Well, beginning about 10:00 o’clock we began to have really great hopes of the situation, [26 lines not declassified] and we brought him to the place where Zahedi was hidden, which was quite close to the Embassy compound in the house of one of our people. He was in the basement there, and we put the two of them together and we said, “Now, gentlemen, it is very likely that you are going to have to take action soon, and you just talk it over and decide what the best thing to do is,” and that was about 12:00, I guess, and what worried us then was the possibility that this, like all previous Persian demonstrations, would take time off for lunch and a siesta because that is the usual thing. At about 1:00 or 1:30 they knock off until about 5:00 o’clock in the evening, and, of course, we didn’t want to take our precious little chickens and put them out in the open if the damn thing was going to fold for lunch and siesta, so we didn’t dare make the move then. Furthermore we didn’t yet have the confident strength, but a great big crowd started heading up the road to Teheran Radio Station, and the road was blocked off by military, and they wouldn’t let any traffic through, but they were cooperating with the crowd, and so that looked very encouraging, and so at about 1:30, although there appeared to be a slight lull, we decided that things were pretty good, and I went off to get a bite to eat around 2:00 and started listening to Radio Teheran which had been discussing cotton prices all through this business but which switched [Page 734]to music at about 2:00 o’clock, and at about 2:15 there appeared to be something wrong with the record. It would halt or would sound slurred, and at about 2:30 the thing just went off the air, and we had no way of getting to the radio station, but it looked pretty good. The one real worry I had was that they might have wrecked the radio station so badly that they couldn’t get it on the air again, and while that would hurt Mossadeq, it would also hurt us if we were going to be able to make the play, so I went back to the Embassy, and at about 3:30 Radio Teheran came on the air again deliriously pro-Zahedi. As a matter of fact, it was an irresponsible and silly performance, but anyhow they were pro-Zahedi. As a matter of fact, they had one man speaking for a time who claimed to be Zahedi, which caused us to raise our eyebrows, but . . . so as soon as I knew Radio Teheran was on the air, we sent out a scouting party to determine whether there were still tanks and trucks of troops waving the Shah’s picture and the word, so about 10 minutes of four I went over to the house where Zahedi was hidden in the basement, and I found Zahedi in his underwear and khaki pants eating lunch with [name not declassified] who was clad in a dirty old sport shirt and some torn up pants. Zahedi had his uniform there, and I said, “Gentlemen, the time has come now. You are going to have to get out on the streets and take command of the situation, and we have Radio Teheran.” Unfortunately the radio we had given to them the batteries went dead, so they didn’t know we had Radio Teheran, but they both responded immediately, and they said, “Certainly, how do we do this?” and I said, “Well, what we are going to do is we are going to send [name not declassified] out in one of our cars with white tags—non-diplomatic tags—and we are going to hunt around until we find a tank or truckload of soldiers which are pro-Shah, and then [name not declassified] will get out, and he will pick up the tank preferably, and, if not, the truckload of soldiers, and he will meet General Zahedi at a given street corner at 4:30 sharp, and we will deliver Zahedi in a closed jeep with again white tags on it to this street corner. He will get in; he will ride up to Radio Teheran, and General Zahedi will go on the air, and he will make a statement, and after that you are in,” and they said, “Fine”.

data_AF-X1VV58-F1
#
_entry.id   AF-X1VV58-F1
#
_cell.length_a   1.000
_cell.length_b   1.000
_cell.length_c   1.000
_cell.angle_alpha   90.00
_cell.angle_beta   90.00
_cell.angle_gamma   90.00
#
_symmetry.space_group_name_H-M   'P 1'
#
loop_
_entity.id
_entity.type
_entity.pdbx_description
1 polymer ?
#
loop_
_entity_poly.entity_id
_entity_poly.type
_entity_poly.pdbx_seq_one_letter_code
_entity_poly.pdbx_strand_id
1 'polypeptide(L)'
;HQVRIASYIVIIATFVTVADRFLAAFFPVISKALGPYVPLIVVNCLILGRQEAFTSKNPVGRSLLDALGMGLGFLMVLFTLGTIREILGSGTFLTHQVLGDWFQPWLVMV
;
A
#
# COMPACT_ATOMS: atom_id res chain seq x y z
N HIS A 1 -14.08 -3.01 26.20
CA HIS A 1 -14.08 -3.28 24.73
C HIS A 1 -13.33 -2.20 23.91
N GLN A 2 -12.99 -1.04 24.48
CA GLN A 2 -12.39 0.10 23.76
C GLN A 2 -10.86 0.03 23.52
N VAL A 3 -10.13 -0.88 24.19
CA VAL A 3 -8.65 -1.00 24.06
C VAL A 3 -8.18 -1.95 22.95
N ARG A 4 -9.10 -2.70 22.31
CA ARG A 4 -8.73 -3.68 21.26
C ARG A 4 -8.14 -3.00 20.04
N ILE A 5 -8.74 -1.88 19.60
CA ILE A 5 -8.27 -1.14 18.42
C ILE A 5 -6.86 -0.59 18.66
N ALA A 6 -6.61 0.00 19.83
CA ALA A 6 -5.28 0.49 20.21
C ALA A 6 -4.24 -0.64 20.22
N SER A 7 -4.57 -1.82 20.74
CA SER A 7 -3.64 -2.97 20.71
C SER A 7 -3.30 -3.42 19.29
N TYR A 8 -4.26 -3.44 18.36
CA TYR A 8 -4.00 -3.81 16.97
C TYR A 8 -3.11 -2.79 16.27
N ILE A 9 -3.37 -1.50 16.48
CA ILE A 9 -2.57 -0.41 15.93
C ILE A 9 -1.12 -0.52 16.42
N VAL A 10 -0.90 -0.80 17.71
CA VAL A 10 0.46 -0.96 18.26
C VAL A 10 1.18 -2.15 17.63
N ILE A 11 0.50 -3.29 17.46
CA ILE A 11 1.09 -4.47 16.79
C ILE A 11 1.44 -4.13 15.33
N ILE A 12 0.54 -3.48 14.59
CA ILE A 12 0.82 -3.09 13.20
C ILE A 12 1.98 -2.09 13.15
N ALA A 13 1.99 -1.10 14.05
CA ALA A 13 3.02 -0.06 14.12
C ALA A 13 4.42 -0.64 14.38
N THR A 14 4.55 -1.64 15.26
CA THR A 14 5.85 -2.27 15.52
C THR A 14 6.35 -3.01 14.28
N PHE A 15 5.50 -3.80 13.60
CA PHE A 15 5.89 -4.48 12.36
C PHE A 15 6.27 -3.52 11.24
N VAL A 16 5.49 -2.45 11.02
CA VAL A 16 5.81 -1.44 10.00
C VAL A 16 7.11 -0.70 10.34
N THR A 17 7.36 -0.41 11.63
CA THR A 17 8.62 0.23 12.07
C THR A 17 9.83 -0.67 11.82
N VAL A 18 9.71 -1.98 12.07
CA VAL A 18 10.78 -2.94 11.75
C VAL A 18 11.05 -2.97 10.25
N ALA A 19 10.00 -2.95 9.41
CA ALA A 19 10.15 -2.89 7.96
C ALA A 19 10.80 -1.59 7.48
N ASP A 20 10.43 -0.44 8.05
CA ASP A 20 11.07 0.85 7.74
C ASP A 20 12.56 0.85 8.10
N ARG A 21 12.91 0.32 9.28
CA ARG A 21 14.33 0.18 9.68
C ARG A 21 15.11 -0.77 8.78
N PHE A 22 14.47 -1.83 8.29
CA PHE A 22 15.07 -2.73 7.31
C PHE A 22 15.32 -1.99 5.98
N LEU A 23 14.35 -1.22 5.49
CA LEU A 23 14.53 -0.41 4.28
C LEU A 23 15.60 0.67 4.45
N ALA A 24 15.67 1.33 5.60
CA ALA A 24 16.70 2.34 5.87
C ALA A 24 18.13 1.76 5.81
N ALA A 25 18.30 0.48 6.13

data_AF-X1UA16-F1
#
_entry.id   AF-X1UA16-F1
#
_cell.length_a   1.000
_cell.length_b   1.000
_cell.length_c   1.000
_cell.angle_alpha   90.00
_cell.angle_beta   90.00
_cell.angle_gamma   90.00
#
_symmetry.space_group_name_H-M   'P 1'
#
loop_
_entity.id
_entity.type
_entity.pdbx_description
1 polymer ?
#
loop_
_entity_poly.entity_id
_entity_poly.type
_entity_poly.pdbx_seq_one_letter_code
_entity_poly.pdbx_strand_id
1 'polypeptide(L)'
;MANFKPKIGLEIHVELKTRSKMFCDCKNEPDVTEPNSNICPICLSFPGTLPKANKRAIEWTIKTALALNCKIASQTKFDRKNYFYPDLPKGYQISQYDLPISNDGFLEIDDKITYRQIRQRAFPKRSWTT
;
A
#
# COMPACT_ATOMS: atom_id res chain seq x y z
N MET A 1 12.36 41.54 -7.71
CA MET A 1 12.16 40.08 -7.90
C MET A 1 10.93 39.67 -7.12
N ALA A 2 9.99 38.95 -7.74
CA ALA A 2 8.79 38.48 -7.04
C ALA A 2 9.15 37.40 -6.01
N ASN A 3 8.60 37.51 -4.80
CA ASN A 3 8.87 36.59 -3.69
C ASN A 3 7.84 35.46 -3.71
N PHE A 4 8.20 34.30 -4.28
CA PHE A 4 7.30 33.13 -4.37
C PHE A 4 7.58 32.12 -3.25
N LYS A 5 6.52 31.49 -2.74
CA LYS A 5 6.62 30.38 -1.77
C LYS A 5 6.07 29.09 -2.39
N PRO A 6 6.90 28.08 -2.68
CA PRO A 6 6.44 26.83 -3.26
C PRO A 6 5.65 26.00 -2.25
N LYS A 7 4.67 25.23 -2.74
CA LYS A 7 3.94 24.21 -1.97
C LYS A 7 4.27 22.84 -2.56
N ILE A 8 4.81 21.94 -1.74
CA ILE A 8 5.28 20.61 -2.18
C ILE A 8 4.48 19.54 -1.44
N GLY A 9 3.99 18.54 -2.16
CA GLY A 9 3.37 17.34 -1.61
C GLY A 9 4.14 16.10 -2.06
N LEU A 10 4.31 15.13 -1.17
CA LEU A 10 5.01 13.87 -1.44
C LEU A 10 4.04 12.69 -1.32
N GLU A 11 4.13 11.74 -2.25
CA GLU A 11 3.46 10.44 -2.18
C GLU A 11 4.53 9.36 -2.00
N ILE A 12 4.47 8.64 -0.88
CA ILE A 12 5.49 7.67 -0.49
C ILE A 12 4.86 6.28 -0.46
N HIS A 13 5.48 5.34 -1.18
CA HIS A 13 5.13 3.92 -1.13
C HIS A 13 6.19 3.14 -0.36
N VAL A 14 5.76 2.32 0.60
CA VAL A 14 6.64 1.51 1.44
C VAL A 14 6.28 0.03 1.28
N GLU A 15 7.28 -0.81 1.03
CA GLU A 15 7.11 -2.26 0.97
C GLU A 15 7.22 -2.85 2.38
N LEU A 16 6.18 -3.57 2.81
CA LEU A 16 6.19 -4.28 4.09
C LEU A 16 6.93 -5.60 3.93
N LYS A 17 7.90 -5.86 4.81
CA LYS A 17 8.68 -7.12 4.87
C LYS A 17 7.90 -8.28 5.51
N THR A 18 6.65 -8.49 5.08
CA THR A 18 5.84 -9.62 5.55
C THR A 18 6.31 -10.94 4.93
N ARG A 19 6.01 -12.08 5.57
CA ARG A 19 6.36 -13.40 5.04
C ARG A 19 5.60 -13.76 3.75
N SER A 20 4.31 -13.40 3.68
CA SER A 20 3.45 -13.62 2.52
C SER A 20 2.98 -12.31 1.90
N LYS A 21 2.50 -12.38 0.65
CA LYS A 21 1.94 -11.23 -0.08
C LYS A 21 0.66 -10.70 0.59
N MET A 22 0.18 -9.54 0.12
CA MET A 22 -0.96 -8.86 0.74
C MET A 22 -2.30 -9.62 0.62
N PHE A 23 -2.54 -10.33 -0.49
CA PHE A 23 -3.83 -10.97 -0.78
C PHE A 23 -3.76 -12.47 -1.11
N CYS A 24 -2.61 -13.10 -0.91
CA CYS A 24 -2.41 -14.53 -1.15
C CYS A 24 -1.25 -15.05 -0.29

There was some argument. [name not declassified] had the idea maybe they should go directly to the Chief of Staff’s office. I vetoed that. I thought it was too dangerous, so anyhow [name not declassified]—